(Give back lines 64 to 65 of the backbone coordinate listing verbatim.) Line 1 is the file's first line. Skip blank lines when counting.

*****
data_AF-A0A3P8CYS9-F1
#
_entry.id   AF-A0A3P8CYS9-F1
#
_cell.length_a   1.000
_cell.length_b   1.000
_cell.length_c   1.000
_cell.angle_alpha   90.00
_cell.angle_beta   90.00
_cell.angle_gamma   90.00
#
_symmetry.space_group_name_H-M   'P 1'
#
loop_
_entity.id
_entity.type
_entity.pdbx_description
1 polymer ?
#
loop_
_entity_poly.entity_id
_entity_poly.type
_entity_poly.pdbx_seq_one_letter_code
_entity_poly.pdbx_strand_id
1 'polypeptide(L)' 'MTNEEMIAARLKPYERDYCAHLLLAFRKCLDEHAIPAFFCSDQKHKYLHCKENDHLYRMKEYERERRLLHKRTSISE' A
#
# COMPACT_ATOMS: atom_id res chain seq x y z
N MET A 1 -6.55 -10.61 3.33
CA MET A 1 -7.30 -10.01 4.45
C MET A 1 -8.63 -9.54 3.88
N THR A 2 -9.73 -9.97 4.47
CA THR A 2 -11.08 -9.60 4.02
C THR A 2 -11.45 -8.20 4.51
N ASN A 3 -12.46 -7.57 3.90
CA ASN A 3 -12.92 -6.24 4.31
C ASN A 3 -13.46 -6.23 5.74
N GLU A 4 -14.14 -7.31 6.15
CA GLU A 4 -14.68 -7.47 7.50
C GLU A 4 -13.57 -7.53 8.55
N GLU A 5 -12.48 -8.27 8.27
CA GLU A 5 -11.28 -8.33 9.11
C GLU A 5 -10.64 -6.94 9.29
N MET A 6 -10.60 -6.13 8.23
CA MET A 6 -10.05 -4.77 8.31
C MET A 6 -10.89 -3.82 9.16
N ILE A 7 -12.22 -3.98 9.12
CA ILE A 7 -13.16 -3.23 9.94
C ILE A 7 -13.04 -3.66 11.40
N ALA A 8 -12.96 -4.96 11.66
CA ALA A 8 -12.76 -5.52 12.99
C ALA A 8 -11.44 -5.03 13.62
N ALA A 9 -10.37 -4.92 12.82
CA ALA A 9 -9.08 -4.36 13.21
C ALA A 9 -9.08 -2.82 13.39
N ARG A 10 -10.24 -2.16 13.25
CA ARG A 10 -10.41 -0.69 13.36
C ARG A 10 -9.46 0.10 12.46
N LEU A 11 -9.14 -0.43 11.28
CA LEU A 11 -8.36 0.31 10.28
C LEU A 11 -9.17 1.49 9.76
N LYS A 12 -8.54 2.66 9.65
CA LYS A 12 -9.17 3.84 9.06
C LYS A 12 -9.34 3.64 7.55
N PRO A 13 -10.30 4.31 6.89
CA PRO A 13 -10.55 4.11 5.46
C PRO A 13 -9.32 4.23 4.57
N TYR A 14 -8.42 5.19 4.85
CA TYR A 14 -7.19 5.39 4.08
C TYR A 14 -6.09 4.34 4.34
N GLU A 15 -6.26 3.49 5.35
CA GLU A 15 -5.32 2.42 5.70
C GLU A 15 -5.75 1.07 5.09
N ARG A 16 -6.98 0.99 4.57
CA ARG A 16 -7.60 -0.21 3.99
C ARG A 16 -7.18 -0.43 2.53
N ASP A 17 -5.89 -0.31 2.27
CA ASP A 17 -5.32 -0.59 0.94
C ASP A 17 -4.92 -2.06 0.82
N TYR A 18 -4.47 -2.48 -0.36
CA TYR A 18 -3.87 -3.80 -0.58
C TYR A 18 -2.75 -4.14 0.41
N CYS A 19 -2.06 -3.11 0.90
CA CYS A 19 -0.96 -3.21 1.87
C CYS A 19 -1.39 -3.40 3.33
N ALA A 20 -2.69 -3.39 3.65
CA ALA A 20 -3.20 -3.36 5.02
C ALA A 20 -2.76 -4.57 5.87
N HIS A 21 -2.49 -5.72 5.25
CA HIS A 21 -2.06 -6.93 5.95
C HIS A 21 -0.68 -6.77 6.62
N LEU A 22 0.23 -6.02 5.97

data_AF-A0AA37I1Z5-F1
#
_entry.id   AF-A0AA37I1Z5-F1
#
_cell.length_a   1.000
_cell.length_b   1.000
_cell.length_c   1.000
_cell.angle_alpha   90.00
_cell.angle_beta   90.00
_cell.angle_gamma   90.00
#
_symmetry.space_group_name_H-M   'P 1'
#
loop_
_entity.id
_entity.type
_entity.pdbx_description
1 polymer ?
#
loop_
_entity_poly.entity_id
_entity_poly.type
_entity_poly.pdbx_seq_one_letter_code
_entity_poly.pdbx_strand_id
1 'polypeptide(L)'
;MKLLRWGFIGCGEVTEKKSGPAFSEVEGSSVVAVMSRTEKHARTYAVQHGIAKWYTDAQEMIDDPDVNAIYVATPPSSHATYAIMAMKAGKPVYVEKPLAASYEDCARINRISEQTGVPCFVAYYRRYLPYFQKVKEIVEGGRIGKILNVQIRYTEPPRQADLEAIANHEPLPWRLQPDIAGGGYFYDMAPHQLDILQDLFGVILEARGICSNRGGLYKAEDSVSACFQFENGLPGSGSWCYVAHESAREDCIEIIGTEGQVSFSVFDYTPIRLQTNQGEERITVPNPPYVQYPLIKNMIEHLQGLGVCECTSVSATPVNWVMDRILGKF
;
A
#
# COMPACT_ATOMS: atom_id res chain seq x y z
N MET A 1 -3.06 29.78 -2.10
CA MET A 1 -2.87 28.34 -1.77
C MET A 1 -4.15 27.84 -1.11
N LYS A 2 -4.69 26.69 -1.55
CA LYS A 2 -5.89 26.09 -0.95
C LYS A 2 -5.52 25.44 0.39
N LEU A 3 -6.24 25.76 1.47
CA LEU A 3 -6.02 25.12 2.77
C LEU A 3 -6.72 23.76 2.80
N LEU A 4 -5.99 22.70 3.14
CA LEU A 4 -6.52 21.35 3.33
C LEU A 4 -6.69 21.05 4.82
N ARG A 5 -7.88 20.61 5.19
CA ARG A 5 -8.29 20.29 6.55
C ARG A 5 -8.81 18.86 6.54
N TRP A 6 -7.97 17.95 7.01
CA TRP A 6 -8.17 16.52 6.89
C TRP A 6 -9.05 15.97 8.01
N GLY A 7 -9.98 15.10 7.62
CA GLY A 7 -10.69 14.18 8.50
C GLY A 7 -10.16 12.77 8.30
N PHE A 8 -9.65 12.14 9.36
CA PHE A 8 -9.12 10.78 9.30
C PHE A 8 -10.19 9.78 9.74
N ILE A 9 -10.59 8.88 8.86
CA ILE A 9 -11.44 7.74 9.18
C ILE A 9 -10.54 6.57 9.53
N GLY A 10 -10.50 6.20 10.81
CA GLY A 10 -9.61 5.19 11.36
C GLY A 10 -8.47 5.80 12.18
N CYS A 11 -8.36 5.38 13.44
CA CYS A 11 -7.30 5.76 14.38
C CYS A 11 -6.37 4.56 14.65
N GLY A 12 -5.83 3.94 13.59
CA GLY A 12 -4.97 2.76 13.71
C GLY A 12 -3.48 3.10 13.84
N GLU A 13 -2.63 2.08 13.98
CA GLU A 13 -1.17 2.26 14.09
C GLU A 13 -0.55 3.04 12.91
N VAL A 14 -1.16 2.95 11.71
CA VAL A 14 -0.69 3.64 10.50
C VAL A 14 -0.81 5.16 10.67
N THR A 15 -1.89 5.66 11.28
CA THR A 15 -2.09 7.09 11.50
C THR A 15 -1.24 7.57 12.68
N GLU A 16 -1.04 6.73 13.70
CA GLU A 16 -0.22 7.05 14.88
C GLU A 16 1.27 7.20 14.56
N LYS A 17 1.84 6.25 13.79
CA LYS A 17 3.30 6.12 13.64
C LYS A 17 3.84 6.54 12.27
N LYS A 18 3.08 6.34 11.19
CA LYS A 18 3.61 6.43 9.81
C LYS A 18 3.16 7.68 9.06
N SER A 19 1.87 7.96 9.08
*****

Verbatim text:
N PRO A 13 -10.30 4.31 6.89
CA PRO A 13 -10.55 4.11 5.46